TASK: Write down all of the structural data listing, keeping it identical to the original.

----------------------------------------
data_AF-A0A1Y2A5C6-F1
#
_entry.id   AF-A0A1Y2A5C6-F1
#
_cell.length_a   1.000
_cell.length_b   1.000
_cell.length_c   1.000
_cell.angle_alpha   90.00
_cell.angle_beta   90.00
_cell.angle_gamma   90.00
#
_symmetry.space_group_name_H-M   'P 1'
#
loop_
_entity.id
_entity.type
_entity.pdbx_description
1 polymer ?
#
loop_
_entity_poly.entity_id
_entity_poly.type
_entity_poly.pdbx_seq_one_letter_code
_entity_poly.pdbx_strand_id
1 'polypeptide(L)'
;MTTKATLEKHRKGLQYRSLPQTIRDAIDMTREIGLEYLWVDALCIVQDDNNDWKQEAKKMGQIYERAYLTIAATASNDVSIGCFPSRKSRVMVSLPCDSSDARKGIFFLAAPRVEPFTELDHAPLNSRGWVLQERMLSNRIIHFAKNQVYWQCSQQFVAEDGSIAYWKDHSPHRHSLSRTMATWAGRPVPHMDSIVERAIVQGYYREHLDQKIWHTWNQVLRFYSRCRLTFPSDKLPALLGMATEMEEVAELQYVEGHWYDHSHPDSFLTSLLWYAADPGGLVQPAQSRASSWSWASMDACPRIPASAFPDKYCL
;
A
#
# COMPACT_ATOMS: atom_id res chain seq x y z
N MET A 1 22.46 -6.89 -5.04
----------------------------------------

data_AF-A0A1Y2A5C6-F1
#
_entry.id   AF-A0A1Y2A5C6-F1
#
_cell.length_a   1.000
_cell.length_b   1.000
_cell.length_c   1.000
_cell.angle_alpha   90.00
_cell.angle_beta   90.00
_cell.angle_gamma   90.00
#
_symmetry.space_group_name_H-M   'P 1'
#
loop_
_entity.id
_entity.type
_entity.pdbx_description
1 polymer ?
#
loop_
_entity_poly.entity_id
_entity_poly.type
_entity_poly.pdbx_seq_one_letter_code
_entity_poly.pdbx_strand_id
1 'polypeptide(L)'
;MTTKATLEKHRKGLQYRSLPQTIRDAIDMTREIGLEYLWVDALCIVQDDNNDWKQEAKKMGQIYERAYLTIAATASNDVSIGCFPSRKSRVMVSLPCDSSDARKGIFFLAAPRVEPFTELDHAPLNSRGWVLQERMLSNRIIHFAKNQVYWQCSQQFVAEDGSIAYWKDHSPHRHSLSRTMATWAGRPVPHMDSIVERAIVQGYYREHLDQKIWHTWNQVLRFYSRCRLTFPSDKLPALLGMATEMEEVAELQYVEGHWYDHSHPDSFLTSLLWYAADPGGLVQPAQSRASSWSWASMDACPRIPASAFPDKYCL
;
A
#
# COMPACT_ATOMS: atom_id res chain seq x y z
N MET A 1 22.46 -6.89 -5.04